Impacts from growing tourism continue to be an increasing concern for the protection of the property, as seen across World Heritage properties globally. While the efforts to date are appreciated, a more proactive and strategic approach is urgently required to cope with the current challenges. In this context, it is positive to learn of the State Party’s intention to develop the much needed and long-awaited Tourism Management Plan. This Plan should be informed by a visitor carrying capacity study, which should establish an appropriate carrying capacity for the property, especially during peak seasons when overcrowding on the climbing routes has been reported. The Plan should also be aligned with the current Management Plan and its next iteration when it expires in 2020. Whilst noting that the State Party undertakes random checks on helicopters, it is important to recall that the 2016 Advisory mission reported that around 70% of the helicopter traffic within the property is tourism-related. Therefore, tighter restrictions and effective management to regulate helicopter use within the property and the nationally designated buffer zones of the Park are needed and should be addressed in the revised General Management Plan and Tourism Management Plan.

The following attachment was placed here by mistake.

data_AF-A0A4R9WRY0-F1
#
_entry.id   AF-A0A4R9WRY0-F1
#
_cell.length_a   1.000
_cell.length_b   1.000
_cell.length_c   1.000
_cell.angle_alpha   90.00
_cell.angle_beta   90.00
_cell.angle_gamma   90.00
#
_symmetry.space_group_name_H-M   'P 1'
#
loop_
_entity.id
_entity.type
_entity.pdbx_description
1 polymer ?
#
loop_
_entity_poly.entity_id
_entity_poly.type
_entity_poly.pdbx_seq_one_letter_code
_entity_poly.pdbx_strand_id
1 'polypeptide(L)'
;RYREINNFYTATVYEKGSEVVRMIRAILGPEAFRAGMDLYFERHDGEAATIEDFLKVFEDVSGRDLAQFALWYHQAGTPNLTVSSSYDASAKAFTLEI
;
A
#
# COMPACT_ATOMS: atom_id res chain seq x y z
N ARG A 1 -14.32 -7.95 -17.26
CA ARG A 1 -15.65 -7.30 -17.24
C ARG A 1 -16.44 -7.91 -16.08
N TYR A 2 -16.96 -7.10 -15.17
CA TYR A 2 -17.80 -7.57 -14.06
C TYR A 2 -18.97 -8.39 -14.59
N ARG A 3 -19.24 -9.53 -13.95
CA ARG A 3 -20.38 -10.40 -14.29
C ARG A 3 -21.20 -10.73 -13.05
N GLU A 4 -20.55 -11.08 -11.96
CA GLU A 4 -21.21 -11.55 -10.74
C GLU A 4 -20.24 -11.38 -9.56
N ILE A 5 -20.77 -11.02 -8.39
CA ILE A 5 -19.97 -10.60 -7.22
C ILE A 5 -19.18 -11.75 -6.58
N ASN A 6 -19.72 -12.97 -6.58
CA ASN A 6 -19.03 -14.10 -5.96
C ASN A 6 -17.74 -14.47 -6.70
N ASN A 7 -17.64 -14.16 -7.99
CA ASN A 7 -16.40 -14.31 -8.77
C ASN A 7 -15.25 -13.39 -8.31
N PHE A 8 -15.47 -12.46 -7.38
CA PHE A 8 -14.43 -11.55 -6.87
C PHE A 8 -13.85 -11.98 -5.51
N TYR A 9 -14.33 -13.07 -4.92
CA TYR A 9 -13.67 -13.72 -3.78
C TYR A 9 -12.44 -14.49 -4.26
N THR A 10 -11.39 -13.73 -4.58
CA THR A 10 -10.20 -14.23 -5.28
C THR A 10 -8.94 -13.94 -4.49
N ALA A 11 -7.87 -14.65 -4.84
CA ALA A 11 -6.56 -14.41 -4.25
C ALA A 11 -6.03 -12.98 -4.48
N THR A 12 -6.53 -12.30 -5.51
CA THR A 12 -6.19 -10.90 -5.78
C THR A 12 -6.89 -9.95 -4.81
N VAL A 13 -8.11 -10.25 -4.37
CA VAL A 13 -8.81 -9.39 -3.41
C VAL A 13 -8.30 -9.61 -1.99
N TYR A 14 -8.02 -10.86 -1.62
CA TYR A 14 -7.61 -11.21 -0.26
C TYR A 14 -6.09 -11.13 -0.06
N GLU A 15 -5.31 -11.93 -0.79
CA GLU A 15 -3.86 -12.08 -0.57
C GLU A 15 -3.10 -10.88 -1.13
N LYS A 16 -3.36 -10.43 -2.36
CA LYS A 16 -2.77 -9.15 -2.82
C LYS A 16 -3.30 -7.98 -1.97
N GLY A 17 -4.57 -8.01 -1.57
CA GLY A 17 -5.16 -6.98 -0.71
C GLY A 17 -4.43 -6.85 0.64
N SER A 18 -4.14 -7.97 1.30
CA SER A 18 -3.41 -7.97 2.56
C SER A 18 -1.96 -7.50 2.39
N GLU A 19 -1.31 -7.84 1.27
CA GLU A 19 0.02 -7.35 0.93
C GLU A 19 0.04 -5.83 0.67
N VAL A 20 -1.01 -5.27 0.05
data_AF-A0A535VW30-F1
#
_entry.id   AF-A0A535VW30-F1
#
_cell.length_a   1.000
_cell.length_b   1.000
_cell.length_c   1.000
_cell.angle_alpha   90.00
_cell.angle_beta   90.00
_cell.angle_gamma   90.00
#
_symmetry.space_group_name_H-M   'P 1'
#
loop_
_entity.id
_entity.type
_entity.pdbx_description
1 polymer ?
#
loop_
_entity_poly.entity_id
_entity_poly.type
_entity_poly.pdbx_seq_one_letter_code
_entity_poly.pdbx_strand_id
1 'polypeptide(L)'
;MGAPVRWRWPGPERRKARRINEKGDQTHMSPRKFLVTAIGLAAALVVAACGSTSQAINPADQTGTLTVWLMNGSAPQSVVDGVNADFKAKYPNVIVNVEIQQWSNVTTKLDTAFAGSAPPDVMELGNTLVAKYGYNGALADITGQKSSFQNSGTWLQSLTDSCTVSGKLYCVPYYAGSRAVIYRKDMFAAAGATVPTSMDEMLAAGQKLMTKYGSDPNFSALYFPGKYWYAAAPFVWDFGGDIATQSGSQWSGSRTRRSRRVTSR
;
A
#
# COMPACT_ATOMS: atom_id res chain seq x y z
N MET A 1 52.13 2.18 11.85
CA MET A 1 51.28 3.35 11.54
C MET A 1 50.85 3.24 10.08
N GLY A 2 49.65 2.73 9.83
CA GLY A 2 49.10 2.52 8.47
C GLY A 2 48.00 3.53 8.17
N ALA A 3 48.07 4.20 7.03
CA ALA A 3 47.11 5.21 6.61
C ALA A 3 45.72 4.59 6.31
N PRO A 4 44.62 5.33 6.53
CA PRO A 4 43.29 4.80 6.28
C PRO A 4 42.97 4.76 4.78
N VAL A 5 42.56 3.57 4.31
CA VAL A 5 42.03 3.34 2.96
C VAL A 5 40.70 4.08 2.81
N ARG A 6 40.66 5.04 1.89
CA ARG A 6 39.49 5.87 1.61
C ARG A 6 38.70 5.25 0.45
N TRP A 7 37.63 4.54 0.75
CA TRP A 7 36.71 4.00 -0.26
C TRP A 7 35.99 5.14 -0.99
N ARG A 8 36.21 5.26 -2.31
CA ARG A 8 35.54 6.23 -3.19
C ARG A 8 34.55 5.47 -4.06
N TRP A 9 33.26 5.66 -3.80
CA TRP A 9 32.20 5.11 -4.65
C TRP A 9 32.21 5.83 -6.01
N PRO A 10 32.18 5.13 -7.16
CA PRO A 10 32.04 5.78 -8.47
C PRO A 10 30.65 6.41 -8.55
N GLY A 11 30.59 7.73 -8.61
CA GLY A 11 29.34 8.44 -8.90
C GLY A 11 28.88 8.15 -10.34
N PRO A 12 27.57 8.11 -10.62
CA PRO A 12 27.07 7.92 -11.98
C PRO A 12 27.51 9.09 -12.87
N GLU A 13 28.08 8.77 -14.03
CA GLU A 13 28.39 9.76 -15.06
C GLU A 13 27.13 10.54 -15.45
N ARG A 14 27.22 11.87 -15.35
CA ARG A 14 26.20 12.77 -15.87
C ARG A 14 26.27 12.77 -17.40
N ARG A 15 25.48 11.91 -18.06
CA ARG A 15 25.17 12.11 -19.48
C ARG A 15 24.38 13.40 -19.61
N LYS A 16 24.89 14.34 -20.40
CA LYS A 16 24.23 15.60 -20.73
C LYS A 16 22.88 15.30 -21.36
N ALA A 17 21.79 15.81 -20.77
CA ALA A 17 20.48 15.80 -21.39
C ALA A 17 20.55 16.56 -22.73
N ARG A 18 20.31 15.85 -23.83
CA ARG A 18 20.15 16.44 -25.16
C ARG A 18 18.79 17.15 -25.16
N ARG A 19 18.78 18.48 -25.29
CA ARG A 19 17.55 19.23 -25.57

Recalling that, in 2016, the State Party expressed concerns over the increasing cases of illegal firewood collection from inside the property, the confirmation that there are currently no reported cases of illegal activities is welcomed. Nevertheless, the State Party should be encouraged to continue its monitoring efforts and reflect this and associated interventions in the revised Management Plan, as appropriate. The recent poaching of endangered musk deer is worrying and suggests the need to review and strengthen measures within the property to prevent any further poaching from occurring.

It is a source of concern that the Supreme Court order concerning the Kongde View Resort ruled in favour of the resort, which is located inside the property and has been in operation since 2007. Given the concerns expressed by the Committee over a number of years regarding the range of serious threats that the resort poses to the OUV of the property, the Committee may urge the State Party to develop a detailed environmental plan to mitigate the impacts of the resort, submit this plan to the World Heritage Centre for review by IUCN, and take any necessary measures to monitor its implementation.